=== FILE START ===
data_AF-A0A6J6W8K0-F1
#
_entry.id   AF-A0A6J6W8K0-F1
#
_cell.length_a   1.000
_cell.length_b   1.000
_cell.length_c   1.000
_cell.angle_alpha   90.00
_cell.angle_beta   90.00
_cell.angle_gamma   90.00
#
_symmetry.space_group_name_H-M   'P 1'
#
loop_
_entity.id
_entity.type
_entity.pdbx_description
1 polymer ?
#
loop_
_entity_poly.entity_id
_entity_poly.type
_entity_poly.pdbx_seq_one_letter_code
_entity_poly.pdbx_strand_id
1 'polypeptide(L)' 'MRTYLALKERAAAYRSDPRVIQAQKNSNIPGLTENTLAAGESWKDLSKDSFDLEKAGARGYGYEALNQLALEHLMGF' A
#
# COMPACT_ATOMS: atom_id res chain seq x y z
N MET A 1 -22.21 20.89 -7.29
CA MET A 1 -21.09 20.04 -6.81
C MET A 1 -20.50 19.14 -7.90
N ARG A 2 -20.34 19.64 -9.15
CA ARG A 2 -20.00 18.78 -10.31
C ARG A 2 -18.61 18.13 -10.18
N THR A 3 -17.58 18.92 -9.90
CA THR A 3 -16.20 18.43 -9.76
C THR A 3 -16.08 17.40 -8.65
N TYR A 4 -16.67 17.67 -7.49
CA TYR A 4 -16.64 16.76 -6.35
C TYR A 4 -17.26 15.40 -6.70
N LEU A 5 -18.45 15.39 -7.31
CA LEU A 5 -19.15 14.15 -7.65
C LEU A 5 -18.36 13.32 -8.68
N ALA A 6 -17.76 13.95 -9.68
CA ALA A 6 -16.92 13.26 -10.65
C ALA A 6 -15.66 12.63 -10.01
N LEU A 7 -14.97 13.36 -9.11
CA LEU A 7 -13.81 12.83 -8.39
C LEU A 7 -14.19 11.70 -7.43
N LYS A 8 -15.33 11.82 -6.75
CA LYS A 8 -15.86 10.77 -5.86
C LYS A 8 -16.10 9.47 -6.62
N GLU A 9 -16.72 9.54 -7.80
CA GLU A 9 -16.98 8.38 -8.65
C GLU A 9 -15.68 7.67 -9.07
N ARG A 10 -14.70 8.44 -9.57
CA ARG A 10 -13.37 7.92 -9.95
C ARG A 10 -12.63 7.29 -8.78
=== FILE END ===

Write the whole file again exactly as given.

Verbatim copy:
data_AF-A0A6J6W8K0-F1
#
_entry.id   AF-A0A6J6W8K0-F1
#
_cell.length_a   1.000
_cell.length_b   1.000
_cell.length_c   1.000
_cell.angle_alpha   90.00
_cell.angle_beta   90.00
_cell.angle_gamma   90.00
#
_symmetry.space_group_name_H-M   'P 1'
#
loop_
_entity.id
_entity.type
_entity.pdbx_description
1 polymer ?
#
loop_
_entity_poly.entity_id
_entity_poly.type
_entity_poly.pdbx_seq_one_letter_code
_entity_poly.pdbx_strand_id
1 'polypeptide(L)' 'MRTYLALKERAAAYRSDPRVIQAQKNSNIPGLTENTLAAGESWKDLSKDSFDLEKAGARGYGYEALNQLALEHLMGF' A
#
# COMPACT_ATOMS: atom_id res chain seq x y z
N MET A 1 -22.21 20.89 -7.29
CA MET A 1 -21.09 20.04 -6.81
C MET A 1 -20.50 19.14 -7.90
N ARG A 2 -20.34 19.64 -9.15
CA ARG A 2 -20.00 18.78 -10.31
C ARG A 2 -18.61 18.13 -10.18
N THR A 3 -17.58 18.92 -9.90
CA THR A 3 -16.20 18.43 -9.76
C THR A 3 -16.08 17.40 -8.65
N TYR A 4 -16.67 17.67 -7.49
CA TYR A 4 -16.64 16.76 -6.35
C TYR A 4 -17.26 15.40 -6.70
N LEU A 5 -18.45 15.39 -7.31
CA LEU A 5 -19.15 14.15 -7.65
C LEU A 5 -18.36 13.32 -8.68
N ALA A 6 -17.76 13.95 -9.68
CA ALA A 6 -16.92 13.26 -10.65
C ALA A 6 -15.66 12.63 -10.01
N LEU A 7 -14.97 13.36 -9.11
CA LEU A 7 -13.81 12.83 -8.39
C LEU A 7 -14.19 11.70 -7.43
N LYS A 8 -15.33 11.82 -6.75
CA LYS A 8 -15.86 10.77 -5.86
C LYS A 8 -16.10 9.47 -6.62
N GLU A 9 -16.72 9.54 -7.80
CA GLU A 9 -16.98 8.38 -8.65
C GLU A 9 -15.68 7.67 -9.07
N ARG A 10 -14.70 8.44 -9.57
CA ARG A 10 -13.37 7.92 -9.95
C ARG A 10 -12.63 7.29 -8.78